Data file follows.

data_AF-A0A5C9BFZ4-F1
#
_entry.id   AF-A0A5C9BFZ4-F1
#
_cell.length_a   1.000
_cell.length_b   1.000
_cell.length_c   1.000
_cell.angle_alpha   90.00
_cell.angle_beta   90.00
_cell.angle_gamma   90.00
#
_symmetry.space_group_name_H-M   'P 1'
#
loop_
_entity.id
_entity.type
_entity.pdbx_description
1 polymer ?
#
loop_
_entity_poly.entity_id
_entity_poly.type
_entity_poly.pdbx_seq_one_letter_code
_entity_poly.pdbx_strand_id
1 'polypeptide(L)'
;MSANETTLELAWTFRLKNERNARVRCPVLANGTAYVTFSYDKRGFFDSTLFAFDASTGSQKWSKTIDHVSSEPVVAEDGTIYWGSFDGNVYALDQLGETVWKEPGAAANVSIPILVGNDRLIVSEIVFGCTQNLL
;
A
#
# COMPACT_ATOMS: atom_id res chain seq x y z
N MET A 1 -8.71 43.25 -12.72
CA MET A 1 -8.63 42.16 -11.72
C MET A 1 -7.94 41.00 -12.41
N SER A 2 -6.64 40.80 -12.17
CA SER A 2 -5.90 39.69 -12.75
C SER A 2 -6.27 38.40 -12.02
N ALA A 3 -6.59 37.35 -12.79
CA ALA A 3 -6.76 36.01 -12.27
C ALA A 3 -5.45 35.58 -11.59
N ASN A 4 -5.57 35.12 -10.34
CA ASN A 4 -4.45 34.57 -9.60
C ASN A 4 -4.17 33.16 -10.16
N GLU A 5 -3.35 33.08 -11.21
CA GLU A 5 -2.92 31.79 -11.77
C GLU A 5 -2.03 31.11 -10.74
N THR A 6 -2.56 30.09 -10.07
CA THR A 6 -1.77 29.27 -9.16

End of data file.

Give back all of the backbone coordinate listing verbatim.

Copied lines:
data_AF-A0A5C9BFZ4-F1
#
_entry.id   AF-A0A5C9BFZ4-F1
#
_cell.length_a   1.000
_cell.length_b   1.000
_cell.length_c   1.000
_cell.angle_alpha   90.00
_cell.angle_beta   90.00
_cell.angle_gamma   90.00
#
_symmetry.space_group_name_H-M   'P 1'
#
loop_
_entity.id
_entity.type
_entity.pdbx_description
1 polymer ?
#
loop_
_entity_poly.entity_id
_entity_poly.type
_entity_poly.pdbx_seq_one_letter_code
_entity_poly.pdbx_strand_id
1 'polypeptide(L)'
;MSANETTLELAWTFRLKNERNARVRCPVLANGTAYVTFSYDKRGFFDSTLFAFDASTGSQKWSKTIDHVSSEPVVAEDGTIYWGSFDGNVYALDQLGETVWKEPGAAANVSIPILVGNDRLIVSEIVFGCTQNLL
;
A
#
# COMPACT_ATOMS: atom_id res chain seq x y z
N MET A 1 -8.71 43.25 -12.72
CA MET A 1 -8.63 42.16 -11.72
C MET A 1 -7.94 41.00 -12.41
N SER A 2 -6.64 40.80 -12.17
CA SER A 2 -5.90 39.69 -12.75
C SER A 2 -6.27 38.40 -12.02
N ALA A 3 -6.59 37.35 -12.79
CA ALA A 3 -6.76 36.01 -12.27
C ALA A 3 -5.45 35.58 -11.59
N ASN A 4 -5.57 35.12 -10.34
CA ASN A 4 -4.45 34.57 -9.60
C ASN A 4 -4.17 33.16 -10.16
N GLU A 5 -3.35 33.08 -11.21
CA GLU A 5 -2.92 31.79 -11.77
C GLU A 5 -2.03 31.11 -10.74
N THR A 6 -2.56 30.09 -10.07
CA THR A 6 -1.77 29.27 -9.16